Wine Sorbet

From Serious Eats:

Valentine’s Day is less than 24 hours away, and wine shops everywhere are busting out the Champagne. But before you blow a wad of cash on an expensive bottle of bubbly, why not consider a carton?

That’s right: a carton of wine. Don’t worry, though—this boozy treat bears no relation to the 5-liter boxes of Chablis that may haunt your collegiate past. Each pint packs up to 5% alcohol by volume, and there are currently six varietals to choose from: Rosé, Pinot Noir, Cabernet Sauvignon, Riesling, Sangria Rojo, and Champagne.

Do We Really Want Another Black President After The Events Of Deep Impact?

Something to think about:

I am not prejudiced. Far from it. What I am—or, I should say, who I am—is a man who loves his country so deeply that he is unwilling to stand idly by while our nation allows itself to be completely annihilated by another incoming comet.

Have we learned nothing from the tragic events of 1998, when, under the watch of President Morgan Freeman, this nation was plunged into chaos, and hundreds of millions of people died at the hands of the deadly Wolf-Beiderman space rock? The mere fact that this country is even considering putting another black man, Barack Obama, in the Oval Office proves that we have not.

We can’t deny the facts, people. All we will get by electing an African-American is Texas-size space particles crashing into the Earth’s surface, mega-tsunamis that barrel into the Appalachian Mountains, and 6.6 billion dead people.

I’m not suggesting that President Freeman was directly responsible for the creation of the Wolf-Beiderman comet or its Earth-bound path. That would be ridiculous. What I am saying is that under the watch of a black man that comet destroyed the entire Eastern seaboard. So, if history is any indicator, a vote for Barack Obama in 2008 is essentially a vote for the complete and total obliteration of the human race.

Matchstick Mercedes F1

From Jalopnik:

Michael Arndt is a man of matchsticks. Over the course of six years, using 956,000 matchsticks, 1686 tubes of glue, and at least three different varieties of mustache, he built a full-scale replica of a McLaren 4/14 F1 car, at a cost of around 6000 Euros. The giant model takes up Arndt’s entire kitchen and probably his social life. It can be broken down into 45 parts for easy transport to various matchstick-builders conventions.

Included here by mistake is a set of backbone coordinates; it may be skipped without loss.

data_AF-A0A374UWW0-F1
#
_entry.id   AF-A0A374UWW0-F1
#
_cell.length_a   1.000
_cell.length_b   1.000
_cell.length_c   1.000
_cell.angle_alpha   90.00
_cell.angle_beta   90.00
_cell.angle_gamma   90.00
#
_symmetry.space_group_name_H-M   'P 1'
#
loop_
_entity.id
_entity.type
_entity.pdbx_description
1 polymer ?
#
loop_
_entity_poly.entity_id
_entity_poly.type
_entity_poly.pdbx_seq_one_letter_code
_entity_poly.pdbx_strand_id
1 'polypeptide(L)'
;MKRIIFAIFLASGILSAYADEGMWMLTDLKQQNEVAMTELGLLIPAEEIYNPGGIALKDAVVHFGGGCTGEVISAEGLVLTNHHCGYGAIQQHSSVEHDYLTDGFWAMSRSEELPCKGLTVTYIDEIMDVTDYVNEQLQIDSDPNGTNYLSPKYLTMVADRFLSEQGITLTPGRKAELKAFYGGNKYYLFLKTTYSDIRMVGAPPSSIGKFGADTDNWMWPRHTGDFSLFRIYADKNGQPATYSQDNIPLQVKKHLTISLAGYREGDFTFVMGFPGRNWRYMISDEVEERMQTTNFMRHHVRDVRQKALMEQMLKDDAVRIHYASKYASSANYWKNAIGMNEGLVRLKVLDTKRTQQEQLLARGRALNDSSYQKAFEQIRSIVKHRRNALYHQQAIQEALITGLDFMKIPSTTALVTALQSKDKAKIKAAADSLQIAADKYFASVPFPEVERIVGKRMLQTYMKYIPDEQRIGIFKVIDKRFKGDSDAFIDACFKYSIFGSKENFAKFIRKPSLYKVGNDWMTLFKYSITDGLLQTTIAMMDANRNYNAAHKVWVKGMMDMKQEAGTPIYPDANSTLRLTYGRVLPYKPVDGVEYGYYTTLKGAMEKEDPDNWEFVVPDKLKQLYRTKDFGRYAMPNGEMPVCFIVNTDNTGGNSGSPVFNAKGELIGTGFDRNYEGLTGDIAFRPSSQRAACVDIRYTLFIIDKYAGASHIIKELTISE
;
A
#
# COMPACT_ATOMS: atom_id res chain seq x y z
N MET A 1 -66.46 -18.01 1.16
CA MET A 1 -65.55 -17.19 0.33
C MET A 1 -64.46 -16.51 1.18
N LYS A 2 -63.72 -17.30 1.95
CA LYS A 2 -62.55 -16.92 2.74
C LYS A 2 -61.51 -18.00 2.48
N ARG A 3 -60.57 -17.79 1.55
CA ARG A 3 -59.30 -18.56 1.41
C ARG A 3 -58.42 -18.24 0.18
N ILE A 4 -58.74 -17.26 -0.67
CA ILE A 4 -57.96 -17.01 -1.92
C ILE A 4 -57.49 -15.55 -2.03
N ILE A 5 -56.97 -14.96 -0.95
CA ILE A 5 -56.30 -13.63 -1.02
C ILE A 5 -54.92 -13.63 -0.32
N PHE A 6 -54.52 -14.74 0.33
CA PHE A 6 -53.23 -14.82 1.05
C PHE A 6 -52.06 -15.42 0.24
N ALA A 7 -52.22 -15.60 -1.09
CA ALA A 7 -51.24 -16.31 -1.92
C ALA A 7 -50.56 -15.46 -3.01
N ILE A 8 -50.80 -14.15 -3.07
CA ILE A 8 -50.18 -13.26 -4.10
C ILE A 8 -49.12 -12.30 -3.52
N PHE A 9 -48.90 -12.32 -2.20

When the world’s great scientific thinkers change their minds


One hundred and sixty-five eminent thinkers, researchers, and communicators, at the annual request of the website, answered the following question: “What Have You Changed Your Mind About? Why?”

Here is #3:

The paranormal exists

Susan Blackmore, psychologist, consultant to the journal Skeptical Inquirer

When I was a student at Oxford in 1970, I became became fascinated with occultism, mediumship and the paranormal. I did the experiments. I tested telepathy, precognition, and clairvoyance; I got only chance results. I trained fellow students in imagery techniques and tested them again; chance results. I tested twins in pairs; chance results. I worked in play groups and nursery schools with very young children (their naturally telepathic minds are not yet warped by education, you see); chance results. I trained as a Tarot reader and tested the readings; chance results. I was lying in the bath trying to fit my latest null results into paranormal theory, when it occurred to me for the very first time that I might have been completely wrong, and my tutors right. Perhaps there were no paranormal phenomena at all. I had hunted ghosts and poltergeists, trained as a witch, attended spiritualist churches, and stared into crystal balls. But all of that had to go. Once the decision was made it was actually quite easy.

(via Gerry Canavan)

Catch-22 (Logic)

Wikipedia’s entry on the logic behind Catch-22:

Catch-22 is a term coined by Joseph Heller in his novel Catch-22, describing a paradox in a law, regulation or practice in which one is a victim regardless of the choice one makes[1]. In probability theory, it refers to a situation in which multiple probabilistic events exist, and the desireable outcome is an AND join of these events, however there is zero probability of this occurrence. A familiar example of this circumstance occurs in the context of job searching. In moving from school to a career, one may encounter a Catch-22 where one cannot get a job without work experience, but one cannot gain experience without a job. Catch-22 situations are also sometimes called the chicken or the egg problems.